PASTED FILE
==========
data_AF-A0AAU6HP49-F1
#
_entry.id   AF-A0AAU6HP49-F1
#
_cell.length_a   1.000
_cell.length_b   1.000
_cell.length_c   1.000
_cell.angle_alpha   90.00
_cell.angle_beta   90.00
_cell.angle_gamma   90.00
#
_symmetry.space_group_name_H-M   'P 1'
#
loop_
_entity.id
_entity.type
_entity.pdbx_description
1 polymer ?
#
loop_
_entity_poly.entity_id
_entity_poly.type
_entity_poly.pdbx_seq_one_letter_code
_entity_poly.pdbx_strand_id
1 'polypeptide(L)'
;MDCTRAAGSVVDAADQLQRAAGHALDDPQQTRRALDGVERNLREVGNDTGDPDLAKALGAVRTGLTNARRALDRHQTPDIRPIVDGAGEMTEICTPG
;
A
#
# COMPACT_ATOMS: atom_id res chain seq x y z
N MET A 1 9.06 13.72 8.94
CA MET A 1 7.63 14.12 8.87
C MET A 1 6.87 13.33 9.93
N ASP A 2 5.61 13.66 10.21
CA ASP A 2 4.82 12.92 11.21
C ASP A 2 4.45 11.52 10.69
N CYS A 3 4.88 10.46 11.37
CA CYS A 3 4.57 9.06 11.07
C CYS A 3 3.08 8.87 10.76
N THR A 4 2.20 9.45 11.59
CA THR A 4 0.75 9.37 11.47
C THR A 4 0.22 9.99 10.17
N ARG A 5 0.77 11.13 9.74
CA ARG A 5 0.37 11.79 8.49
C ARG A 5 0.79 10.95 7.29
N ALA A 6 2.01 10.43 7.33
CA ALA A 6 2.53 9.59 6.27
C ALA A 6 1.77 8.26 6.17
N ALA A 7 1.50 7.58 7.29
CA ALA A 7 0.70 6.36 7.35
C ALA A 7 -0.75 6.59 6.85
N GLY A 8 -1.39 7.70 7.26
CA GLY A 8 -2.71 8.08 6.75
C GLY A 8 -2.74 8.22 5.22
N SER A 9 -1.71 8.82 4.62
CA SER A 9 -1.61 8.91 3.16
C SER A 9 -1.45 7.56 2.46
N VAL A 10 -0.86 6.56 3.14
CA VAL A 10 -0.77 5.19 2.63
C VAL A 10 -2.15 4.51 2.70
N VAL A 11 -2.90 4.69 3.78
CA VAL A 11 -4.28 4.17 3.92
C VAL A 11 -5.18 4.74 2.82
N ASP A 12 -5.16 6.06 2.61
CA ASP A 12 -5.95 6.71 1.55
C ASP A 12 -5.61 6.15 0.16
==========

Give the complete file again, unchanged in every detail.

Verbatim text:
data_AF-A0AAU6HP49-F1
#
_entry.id   AF-A0AAU6HP49-F1
#
_cell.length_a   1.000
_cell.length_b   1.000
_cell.length_c   1.000
_cell.angle_alpha   90.00
_cell.angle_beta   90.00
_cell.angle_gamma   90.00
#
_symmetry.space_group_name_H-M   'P 1'
#
loop_
_entity.id
_entity.type
_entity.pdbx_description
1 polymer ?
#
loop_
_entity_poly.entity_id
_entity_poly.type
_entity_poly.pdbx_seq_one_letter_code
_entity_poly.pdbx_strand_id
1 'polypeptide(L)'
;MDCTRAAGSVVDAADQLQRAAGHALDDPQQTRRALDGVERNLREVGNDTGDPDLAKALGAVRTGLTNARRALDRHQTPDIRPIVDGAGEMTEICTPG
;
A
#
# COMPACT_ATOMS: atom_id res chain seq x y z
N MET A 1 9.06 13.72 8.94
CA MET A 1 7.63 14.12 8.87
C MET A 1 6.87 13.33 9.93
N ASP A 2 5.61 13.66 10.21
CA ASP A 2 4.82 12.92 11.21
C ASP A 2 4.45 11.52 10.69
N CYS A 3 4.88 10.46 11.37
CA CYS A 3 4.57 9.06 11.07
C CYS A 3 3.08 8.87 10.76
N THR A 4 2.20 9.45 11.59
CA THR A 4 0.75 9.37 11.47
C THR A 4 0.22 9.99 10.17
N ARG A 5 0.77 11.13 9.74
CA ARG A 5 0.37 11.79 8.49
C ARG A 5 0.79 10.95 7.29
N ALA A 6 2.01 10.43 7.33
CA ALA A 6 2.53 9.59 6.27
C ALA A 6 1.77 8.26 6.17
N ALA A 7 1.50 7.58 7.29
CA ALA A 7 0.70 6.36 7.35
C ALA A 7 -0.75 6.59 6.85
N GLY A 8 -1.39 7.70 7.26
CA GLY A 8 -2.71 8.08 6.75
C GLY A 8 -2.74 8.22 5.22
N SER A 9 -1.71 8.82 4.62
CA SER A 9 -1.61 8.91 3.16
C SER A 9 -1.45 7.56 2.46
N VAL A 10 -0.86 6.56 3.14
CA VAL A 10 -0.77 5.19 2.63
C VAL A 10 -2.15 4.51 2.70
N VAL A 11 -2.90 4.69 3.78
CA VAL A 11 -4.28 4.17 3.92
C VAL A 11 -5.18 4.74 2.82
N ASP A 12 -5.16 6.06 2.61
CA ASP A 12 -5.95 6.71 1.55
C ASP A 12 -5.61 6.15 0.16